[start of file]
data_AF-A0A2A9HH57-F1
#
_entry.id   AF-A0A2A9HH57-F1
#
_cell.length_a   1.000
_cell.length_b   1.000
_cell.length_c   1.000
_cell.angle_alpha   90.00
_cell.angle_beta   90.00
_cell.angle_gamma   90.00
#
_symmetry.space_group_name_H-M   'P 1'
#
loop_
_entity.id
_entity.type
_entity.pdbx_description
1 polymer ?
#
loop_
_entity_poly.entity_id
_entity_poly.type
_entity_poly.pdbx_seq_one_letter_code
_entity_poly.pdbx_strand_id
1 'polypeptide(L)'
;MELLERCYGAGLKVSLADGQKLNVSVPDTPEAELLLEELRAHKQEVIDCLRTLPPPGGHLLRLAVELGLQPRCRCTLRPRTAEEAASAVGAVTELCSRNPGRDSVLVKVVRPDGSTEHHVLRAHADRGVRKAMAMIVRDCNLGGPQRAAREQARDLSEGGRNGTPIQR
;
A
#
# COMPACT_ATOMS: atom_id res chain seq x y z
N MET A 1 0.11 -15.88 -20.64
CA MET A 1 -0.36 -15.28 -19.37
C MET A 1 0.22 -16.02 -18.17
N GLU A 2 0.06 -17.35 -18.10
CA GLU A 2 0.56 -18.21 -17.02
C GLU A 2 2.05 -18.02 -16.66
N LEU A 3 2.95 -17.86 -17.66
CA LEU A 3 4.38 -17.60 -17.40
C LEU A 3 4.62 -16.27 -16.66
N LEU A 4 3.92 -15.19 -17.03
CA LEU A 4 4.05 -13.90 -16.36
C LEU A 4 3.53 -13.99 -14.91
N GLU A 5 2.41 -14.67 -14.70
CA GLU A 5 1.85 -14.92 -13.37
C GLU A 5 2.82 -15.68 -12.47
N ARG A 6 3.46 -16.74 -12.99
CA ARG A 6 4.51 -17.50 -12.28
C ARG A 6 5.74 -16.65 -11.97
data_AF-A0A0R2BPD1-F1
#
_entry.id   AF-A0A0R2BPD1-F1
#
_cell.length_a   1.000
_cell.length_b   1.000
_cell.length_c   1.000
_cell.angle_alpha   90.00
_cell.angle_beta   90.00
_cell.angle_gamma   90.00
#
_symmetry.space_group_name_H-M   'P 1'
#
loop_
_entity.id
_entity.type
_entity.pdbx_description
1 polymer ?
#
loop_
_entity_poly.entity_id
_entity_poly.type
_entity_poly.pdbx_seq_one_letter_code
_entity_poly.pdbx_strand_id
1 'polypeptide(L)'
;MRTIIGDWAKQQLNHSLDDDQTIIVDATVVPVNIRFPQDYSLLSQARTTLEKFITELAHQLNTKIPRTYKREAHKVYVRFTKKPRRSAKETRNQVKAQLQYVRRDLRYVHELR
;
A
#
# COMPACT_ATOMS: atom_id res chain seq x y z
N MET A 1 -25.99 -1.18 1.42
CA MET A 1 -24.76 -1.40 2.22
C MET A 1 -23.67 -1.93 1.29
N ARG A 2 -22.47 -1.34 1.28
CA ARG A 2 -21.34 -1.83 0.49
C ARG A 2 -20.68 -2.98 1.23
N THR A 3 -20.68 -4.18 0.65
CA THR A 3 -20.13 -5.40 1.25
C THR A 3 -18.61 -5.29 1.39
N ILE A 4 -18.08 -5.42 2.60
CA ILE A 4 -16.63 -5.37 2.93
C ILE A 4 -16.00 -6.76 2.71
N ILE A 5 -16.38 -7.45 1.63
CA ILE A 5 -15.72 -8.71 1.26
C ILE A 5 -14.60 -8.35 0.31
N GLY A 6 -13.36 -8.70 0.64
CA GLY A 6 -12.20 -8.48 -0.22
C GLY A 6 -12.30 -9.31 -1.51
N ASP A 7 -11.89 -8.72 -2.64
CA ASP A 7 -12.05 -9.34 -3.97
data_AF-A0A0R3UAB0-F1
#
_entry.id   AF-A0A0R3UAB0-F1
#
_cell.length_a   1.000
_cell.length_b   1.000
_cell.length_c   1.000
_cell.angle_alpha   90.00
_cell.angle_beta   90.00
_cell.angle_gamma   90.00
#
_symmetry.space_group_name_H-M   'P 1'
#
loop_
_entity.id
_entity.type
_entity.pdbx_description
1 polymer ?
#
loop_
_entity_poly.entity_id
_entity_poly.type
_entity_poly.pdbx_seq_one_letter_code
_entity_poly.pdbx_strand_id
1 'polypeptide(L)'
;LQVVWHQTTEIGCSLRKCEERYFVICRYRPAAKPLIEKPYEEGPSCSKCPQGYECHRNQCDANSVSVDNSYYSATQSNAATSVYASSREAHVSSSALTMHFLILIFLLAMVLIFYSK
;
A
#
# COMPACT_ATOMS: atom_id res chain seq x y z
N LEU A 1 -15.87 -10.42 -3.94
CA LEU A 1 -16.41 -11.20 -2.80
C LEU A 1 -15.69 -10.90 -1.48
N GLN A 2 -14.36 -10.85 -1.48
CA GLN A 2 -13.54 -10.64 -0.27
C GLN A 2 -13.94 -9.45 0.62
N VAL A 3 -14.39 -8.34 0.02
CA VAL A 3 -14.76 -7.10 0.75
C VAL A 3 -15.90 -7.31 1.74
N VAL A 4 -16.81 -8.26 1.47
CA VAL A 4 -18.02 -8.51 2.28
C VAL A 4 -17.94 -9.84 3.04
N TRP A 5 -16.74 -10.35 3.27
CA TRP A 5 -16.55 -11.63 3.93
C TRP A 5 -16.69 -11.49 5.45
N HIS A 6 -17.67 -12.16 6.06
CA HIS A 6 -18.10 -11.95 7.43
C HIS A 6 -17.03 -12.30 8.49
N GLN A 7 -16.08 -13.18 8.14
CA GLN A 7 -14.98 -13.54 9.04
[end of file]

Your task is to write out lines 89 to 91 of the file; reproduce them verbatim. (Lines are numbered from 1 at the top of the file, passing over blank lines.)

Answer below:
CA ILE A 4 -16.63 -5.37 2.93
C ILE A 4 -16.00 -6.76 2.71
N ILE A 5 -16.38 -7.45 1.63